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Crime on the underground is worse than a decade ago

Trouble underground as crime stats reveal varying success of policing on London’s public transport

By Daniel Gayne
July 3 2020, 10.20

Crime on the London Underground is worse now than a decade ago, while the bus network has become steadily safer.

Figures from London Datastore and TfL’s crime bulletins reveal a rise in crime rates on the London Underground & DLR since 2015-16, fuelled by an explosion in rates of theft, after a substantial decline in the first part of the decade.

On the bus network, the number of recorded crimes declined steadily over the decade and the number of crimes per million journeys dropped by 30% between 2010/11 and 2018/19.

Siwan Hayward, Transport for London’s (TfL) Director of Compliance, Policing and On-Street Services, said: “Any crime reported on London transport is taken incredibly seriously.”

She added: “We are working hard with police to tackle theft, as well as reversing the rise in aggression and anti-social behaviour.”

The main source of increases in crime appeared to be theft, for which rates are rising even on the bus network and outstrip rises in London generally.

According to TfL, the increase in theft has accounted for 98% of the overall increase in transport-related crime between Q2 in 2018/19 and 2019/20.

However, Ms Hayward stressed that this can be partly explained by BTP launching their online crime reporting service.

Overall crime rates in London followed a similar pattern to the London Underground and DLR over the same period, dropping to a low of 77.88 (crimes per thousand pop) in 2013-14 before rising to 2018-19.

Both the decline and subsequent increase were more severe on the underground than in the city at large

Dr Andrew Newton, Associate Professor in policing and criminology at Nottingham Trent, said: “It’s possible that some of the increases you are seeing on the underground are reflective of the effectiveness of the reporting to stop it.”

He referred to the Report it to Stop It (RITSI) campaign, which has targeted underreporting of unwanted sexual behaviour on transit since 2015.

According to TfL, reporting levels doubled in the first year, and a paper published by Dr Newton and others found that the increase in reporting was not due to a rise in the prevalence of sexual offences.

It also found that RITSI had a more visible effect on reporting of offences on the London Underground and DLR than on buses.

Ms Hayward said: “We know that for too long these crimes have gone unreported, but as a result of the Report It to Stop It campaign, the number of people reporting these disgusting crimes with the confidence that action will be taken, has increased.”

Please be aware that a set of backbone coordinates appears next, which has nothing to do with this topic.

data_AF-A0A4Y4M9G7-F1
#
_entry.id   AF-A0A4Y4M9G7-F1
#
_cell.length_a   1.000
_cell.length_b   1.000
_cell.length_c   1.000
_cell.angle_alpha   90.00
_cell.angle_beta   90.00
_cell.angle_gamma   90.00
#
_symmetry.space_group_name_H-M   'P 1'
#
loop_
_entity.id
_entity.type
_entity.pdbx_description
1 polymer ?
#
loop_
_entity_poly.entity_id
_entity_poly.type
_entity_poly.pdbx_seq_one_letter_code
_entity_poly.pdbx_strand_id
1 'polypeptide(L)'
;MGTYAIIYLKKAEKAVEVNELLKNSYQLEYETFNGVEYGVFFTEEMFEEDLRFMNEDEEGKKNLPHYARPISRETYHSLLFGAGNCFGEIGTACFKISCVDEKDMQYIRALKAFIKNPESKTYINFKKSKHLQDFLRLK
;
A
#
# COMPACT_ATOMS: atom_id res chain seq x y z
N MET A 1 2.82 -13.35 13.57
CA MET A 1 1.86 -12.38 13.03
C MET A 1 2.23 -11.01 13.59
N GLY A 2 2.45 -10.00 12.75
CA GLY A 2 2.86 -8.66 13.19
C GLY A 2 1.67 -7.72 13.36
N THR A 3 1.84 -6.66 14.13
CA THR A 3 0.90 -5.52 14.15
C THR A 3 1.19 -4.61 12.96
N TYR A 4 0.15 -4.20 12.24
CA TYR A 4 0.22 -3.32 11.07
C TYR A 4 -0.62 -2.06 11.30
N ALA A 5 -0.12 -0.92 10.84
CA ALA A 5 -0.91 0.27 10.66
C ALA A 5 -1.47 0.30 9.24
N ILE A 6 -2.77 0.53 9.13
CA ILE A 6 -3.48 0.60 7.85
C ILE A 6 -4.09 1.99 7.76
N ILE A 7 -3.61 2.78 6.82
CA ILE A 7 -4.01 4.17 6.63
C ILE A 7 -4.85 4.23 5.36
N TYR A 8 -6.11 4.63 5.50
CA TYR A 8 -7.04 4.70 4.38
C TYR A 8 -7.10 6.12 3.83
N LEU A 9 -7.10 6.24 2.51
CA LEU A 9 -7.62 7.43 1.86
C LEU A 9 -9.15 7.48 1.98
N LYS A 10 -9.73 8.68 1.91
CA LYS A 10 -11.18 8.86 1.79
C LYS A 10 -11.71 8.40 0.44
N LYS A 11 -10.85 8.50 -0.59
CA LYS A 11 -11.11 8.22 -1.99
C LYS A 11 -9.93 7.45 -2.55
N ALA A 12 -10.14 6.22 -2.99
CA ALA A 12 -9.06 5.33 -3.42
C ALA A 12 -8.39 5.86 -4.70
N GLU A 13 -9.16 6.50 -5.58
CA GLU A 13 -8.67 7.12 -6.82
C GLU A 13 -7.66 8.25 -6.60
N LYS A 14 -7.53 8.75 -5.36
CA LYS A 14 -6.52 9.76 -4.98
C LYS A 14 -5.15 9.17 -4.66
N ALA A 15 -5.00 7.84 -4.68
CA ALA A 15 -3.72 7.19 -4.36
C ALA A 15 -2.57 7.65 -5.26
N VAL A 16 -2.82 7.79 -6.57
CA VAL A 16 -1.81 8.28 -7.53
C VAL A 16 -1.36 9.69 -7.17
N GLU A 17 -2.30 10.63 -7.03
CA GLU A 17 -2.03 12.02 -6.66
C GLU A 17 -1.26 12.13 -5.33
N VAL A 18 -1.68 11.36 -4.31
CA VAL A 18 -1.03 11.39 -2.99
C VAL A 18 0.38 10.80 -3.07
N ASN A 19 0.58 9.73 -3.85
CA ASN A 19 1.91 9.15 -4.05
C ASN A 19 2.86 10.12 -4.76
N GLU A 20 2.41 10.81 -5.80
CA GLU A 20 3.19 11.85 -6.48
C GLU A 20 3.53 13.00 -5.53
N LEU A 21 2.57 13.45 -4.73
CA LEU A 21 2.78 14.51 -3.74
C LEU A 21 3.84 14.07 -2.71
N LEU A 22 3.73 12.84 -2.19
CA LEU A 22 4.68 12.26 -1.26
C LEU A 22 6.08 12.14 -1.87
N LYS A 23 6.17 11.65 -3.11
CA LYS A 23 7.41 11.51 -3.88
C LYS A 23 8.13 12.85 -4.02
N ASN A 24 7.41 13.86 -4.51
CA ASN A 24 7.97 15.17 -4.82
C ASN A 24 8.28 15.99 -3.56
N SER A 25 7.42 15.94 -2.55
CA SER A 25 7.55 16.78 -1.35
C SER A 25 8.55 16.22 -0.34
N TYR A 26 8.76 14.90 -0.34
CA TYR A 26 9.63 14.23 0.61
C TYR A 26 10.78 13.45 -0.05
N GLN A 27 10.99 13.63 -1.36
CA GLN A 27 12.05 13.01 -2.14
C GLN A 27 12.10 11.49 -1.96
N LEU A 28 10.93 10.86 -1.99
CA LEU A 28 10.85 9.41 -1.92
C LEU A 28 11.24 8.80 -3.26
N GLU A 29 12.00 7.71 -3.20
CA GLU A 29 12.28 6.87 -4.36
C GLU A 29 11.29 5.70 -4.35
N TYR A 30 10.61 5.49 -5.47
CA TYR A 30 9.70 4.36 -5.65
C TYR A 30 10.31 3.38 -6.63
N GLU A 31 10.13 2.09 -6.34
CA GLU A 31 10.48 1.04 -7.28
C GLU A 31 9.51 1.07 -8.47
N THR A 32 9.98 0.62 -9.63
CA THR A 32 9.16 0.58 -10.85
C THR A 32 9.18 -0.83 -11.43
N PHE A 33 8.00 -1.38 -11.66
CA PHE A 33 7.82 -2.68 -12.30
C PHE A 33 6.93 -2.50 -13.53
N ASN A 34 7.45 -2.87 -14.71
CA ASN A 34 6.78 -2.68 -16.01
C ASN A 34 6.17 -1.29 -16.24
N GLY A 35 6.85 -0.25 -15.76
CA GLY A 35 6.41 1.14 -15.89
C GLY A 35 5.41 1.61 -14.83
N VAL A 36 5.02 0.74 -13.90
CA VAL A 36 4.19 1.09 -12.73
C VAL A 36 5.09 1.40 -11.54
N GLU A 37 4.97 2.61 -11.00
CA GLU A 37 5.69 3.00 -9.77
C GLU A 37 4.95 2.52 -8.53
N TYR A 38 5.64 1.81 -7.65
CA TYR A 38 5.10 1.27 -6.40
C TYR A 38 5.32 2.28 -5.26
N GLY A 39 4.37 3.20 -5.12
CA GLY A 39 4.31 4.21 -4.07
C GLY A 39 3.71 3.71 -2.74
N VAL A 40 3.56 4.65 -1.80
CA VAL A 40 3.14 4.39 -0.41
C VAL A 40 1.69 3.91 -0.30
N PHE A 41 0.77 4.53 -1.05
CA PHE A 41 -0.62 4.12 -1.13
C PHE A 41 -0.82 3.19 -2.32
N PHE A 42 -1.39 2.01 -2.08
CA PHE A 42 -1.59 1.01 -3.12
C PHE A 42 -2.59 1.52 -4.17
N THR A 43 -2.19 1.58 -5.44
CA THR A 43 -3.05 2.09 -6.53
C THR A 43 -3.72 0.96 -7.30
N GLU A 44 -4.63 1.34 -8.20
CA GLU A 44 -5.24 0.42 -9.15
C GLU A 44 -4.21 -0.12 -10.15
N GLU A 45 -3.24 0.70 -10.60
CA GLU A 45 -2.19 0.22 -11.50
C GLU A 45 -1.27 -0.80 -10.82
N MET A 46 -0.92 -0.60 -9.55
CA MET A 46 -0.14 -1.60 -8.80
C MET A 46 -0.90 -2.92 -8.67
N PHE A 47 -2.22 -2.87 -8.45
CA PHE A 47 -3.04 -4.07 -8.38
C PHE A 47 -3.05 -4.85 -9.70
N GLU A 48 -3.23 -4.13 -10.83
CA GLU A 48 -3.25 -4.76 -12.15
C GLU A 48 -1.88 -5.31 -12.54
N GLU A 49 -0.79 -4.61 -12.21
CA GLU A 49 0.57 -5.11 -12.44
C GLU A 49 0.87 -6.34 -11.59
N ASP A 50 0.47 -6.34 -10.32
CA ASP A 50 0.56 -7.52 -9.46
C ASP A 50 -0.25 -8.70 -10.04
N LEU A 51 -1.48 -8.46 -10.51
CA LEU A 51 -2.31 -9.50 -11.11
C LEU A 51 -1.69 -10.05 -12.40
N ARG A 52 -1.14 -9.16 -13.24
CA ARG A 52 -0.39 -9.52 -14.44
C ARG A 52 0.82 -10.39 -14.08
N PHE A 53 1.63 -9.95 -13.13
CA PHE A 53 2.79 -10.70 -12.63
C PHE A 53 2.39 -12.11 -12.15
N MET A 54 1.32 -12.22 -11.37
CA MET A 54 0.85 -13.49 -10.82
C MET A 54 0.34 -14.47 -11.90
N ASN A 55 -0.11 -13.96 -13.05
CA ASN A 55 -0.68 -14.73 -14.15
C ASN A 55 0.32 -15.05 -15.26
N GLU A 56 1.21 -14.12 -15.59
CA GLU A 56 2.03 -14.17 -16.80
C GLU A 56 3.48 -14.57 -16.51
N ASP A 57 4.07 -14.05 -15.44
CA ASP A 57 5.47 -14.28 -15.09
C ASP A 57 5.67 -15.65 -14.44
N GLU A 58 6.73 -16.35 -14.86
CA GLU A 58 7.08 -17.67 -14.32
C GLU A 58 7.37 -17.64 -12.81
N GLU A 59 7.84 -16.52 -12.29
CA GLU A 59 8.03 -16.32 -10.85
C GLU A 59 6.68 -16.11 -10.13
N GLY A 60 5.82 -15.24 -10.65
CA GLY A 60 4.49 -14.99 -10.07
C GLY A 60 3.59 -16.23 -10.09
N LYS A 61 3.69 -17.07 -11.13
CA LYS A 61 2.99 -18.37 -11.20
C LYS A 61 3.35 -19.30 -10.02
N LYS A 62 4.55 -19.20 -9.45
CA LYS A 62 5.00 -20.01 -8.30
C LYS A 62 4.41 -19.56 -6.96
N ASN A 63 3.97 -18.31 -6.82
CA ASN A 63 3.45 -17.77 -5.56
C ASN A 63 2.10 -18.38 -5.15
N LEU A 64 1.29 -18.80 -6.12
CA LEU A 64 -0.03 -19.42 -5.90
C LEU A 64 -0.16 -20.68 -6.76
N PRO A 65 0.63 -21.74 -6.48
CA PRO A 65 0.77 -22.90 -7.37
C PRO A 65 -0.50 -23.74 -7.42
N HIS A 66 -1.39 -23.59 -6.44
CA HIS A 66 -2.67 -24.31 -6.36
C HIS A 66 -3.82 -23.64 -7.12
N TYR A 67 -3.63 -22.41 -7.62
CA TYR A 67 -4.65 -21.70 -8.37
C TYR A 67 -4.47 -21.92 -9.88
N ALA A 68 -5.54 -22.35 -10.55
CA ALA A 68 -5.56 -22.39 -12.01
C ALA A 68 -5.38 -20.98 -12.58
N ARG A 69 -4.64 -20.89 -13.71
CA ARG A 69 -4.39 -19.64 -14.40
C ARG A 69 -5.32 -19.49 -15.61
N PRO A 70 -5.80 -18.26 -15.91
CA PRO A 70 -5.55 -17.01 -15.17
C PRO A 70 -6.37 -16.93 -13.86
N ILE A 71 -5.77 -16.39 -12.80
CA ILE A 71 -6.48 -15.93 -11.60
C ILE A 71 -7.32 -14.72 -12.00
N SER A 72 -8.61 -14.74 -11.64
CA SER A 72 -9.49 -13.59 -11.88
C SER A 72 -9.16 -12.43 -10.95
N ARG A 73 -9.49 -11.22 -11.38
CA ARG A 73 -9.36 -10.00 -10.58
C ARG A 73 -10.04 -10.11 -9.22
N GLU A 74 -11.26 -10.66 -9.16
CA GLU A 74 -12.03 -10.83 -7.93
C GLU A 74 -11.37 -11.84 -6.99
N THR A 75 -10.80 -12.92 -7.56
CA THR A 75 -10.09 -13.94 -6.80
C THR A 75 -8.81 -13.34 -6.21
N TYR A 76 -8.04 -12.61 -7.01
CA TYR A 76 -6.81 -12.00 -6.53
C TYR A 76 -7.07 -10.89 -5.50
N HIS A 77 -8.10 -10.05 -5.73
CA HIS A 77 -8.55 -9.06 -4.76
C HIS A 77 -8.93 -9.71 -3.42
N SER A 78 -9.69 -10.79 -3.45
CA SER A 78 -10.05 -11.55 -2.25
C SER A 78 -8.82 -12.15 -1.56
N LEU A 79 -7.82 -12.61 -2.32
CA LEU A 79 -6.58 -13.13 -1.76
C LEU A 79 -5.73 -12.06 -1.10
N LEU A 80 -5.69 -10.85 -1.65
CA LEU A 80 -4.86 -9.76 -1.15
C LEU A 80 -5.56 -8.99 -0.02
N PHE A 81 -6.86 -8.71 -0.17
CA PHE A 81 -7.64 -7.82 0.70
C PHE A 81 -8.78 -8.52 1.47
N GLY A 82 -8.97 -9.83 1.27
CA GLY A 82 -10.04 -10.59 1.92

She pointed out that TfL and BTP (British Transport Police) run regular covert patrols on the Tube network with plain clothed officers, which she claimed had been successful in catching offenders and encouraging reporting.

TfL funds more than 3,000 officers across the Metropolitan Police Service, BTP, and City of London Police. 

The Underground and DLR are both policed by a sub-division of the BTP’s B division, while the bus network is overseen by the Met’s Safer Transport Teams.

Studies have shown that heavily congested stations, and those with a greater number of paths and roads nearby, are at increased risk of thefts.

Staffing levels and the presence of more domestic buildings nearby were factors that reduced risk.

20.8% of theft on the London Underground occurs on weekdays during the evening peak, between 5pm and 8pm, and another 14.5% occurs during Night Tube operation.

Theft on the bus network peaks between 6pm and 7pm, increasing throughout the day from the morning peak.

Data from a three month period in 2019 revealed Westminster, Haringey, and Hackney as hotspots of theft on the bus network, though this may simply reflect crime rates in those areas.

Dr Newton said: “Crime on public transport is generally fairly reflective of crime in the surrounding areas that the routes travel through.”

Researchers at the University of Cambridge found that randomly assigned foot patrols on the Underground’s highest crime platforms reduced public calls for service by 21% on the treated platforms.

Dr Newton said that platform policing was one approach to consider, but that it should probably be one among a range.

He added that random patrols were likely to be more effective for certain crime types.

Sunshine means more crime

The data also revealed a regular pattern of crime across the calendar year, with highs in mid-autumn and early spring, and lows in late-summer and winter months.

The relationship between weather patterns and criminal activity has long been a subject of interest for criminologists.

“There are seasonal fluctuations in all types of crime, reflective of how opportunities, and lifestyles, and working patterns change,” said Dr Newton.

He noted that in the summer more people are out drinking, possibly getting trains or buses home later.

Similarly, the spike in mid-autumn may be due to half-term in schools, and major festivals like Halloween and Bonfire’s day.

School holidays, bank holidays, sports events and festivals are also potential factors as they can increase opportunities for criminal activity.

He said: “Things like going to work you do whatever the weather, but some of your more discretionary choice type activities you will do when the weather is better, so that influences the presence and availability of potential victims.”

TfL encourages anyone who experiences or witnesses a crime to report it by calling 101 or texting 61016.

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